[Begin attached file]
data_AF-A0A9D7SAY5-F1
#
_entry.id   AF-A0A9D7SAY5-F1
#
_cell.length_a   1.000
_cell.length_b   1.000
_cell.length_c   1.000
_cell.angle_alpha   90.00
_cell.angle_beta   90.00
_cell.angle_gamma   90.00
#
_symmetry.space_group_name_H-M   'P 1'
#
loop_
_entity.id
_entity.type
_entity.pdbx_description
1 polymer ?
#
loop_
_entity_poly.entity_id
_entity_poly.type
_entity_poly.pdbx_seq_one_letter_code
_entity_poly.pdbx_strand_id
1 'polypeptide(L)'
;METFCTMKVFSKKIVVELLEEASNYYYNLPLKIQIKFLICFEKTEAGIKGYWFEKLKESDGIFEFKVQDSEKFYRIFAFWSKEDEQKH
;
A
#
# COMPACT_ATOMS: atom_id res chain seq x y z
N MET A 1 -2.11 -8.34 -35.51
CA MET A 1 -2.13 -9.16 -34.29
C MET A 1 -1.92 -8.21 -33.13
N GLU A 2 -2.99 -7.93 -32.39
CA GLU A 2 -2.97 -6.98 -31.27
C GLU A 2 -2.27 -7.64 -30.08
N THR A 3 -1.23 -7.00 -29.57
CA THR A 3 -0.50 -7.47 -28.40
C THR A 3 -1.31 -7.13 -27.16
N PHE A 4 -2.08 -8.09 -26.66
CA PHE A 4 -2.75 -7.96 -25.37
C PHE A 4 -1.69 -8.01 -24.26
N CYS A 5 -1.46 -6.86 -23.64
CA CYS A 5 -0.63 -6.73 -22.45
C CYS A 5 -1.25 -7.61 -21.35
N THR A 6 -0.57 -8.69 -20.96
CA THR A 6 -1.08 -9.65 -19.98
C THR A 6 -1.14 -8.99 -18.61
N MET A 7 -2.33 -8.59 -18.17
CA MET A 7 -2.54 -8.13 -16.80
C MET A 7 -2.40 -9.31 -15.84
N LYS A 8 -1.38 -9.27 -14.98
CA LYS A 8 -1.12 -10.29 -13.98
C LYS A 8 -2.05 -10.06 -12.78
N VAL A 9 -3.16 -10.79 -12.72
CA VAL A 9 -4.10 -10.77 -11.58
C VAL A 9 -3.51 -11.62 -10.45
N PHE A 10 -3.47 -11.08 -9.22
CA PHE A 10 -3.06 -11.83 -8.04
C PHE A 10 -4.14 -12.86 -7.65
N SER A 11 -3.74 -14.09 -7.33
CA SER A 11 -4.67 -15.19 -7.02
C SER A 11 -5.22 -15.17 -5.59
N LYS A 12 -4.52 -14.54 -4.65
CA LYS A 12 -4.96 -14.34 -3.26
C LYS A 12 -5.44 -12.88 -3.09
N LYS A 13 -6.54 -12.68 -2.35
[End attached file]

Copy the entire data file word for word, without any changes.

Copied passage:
data_AF-A0A9D7SAY5-F1
#
_entry.id   AF-A0A9D7SAY5-F1
#
_cell.length_a   1.000
_cell.length_b   1.000
_cell.length_c   1.000
_cell.angle_alpha   90.00
_cell.angle_beta   90.00
_cell.angle_gamma   90.00
#
_symmetry.space_group_name_H-M   'P 1'
#
loop_
_entity.id
_entity.type
_entity.pdbx_description
1 polymer ?
#
loop_
_entity_poly.entity_id
_entity_poly.type
_entity_poly.pdbx_seq_one_letter_code
_entity_poly.pdbx_strand_id
1 'polypeptide(L)'
;METFCTMKVFSKKIVVELLEEASNYYYNLPLKIQIKFLICFEKTEAGIKGYWFEKLKESDGIFEFKVQDSEKFYRIFAFWSKEDEQKH
;
A
#
# COMPACT_ATOMS: atom_id res chain seq x y z
N MET A 1 -2.11 -8.34 -35.51
CA MET A 1 -2.13 -9.16 -34.29
C MET A 1 -1.92 -8.21 -33.13
N GLU A 2 -2.99 -7.93 -32.39
CA GLU A 2 -2.97 -6.98 -31.27
C GLU A 2 -2.27 -7.64 -30.08
N THR A 3 -1.23 -7.00 -29.57
CA THR A 3 -0.50 -7.47 -28.40
C THR A 3 -1.31 -7.13 -27.16
N PHE A 4 -2.08 -8.09 -26.66
CA PHE A 4 -2.75 -7.96 -25.37
C PHE A 4 -1.69 -8.01 -24.26
N CYS A 5 -1.46 -6.86 -23.64
CA CYS A 5 -0.63 -6.73 -22.45
C CYS A 5 -1.25 -7.61 -21.35
N THR A 6 -0.57 -8.69 -20.96
CA THR A 6 -1.08 -9.65 -19.98
C THR A 6 -1.14 -8.99 -18.61
N MET A 7 -2.33 -8.59 -18.17
CA MET A 7 -2.54 -8.13 -16.80
C MET A 7 -2.40 -9.31 -15.84
N LYS A 8 -1.38 -9.27 -14.98
CA LYS A 8 -1.12 -10.29 -13.98
C LYS A 8 -2.05 -10.06 -12.78
N VAL A 9 -3.16 -10.79 -12.72
CA VAL A 9 -4.10 -10.77 -11.58
C VAL A 9 -3.51 -11.62 -10.45
N PHE A 10 -3.47 -11.08 -9.22
CA PHE A 10 -3.06 -11.83 -8.04
C PHE A 10 -4.14 -12.86 -7.65
N SER A 11 -3.74 -14.09 -7.33
CA SER A 11 -4.67 -15.19 -7.02
C SER A 11 -5.22 -15.17 -5.59
N LYS A 12 -4.52 -14.54 -4.65
CA LYS A 12 -4.96 -14.34 -3.26
C LYS A 12 -5.44 -12.88 -3.09
N LYS A 13 -6.54 -12.68 -2.35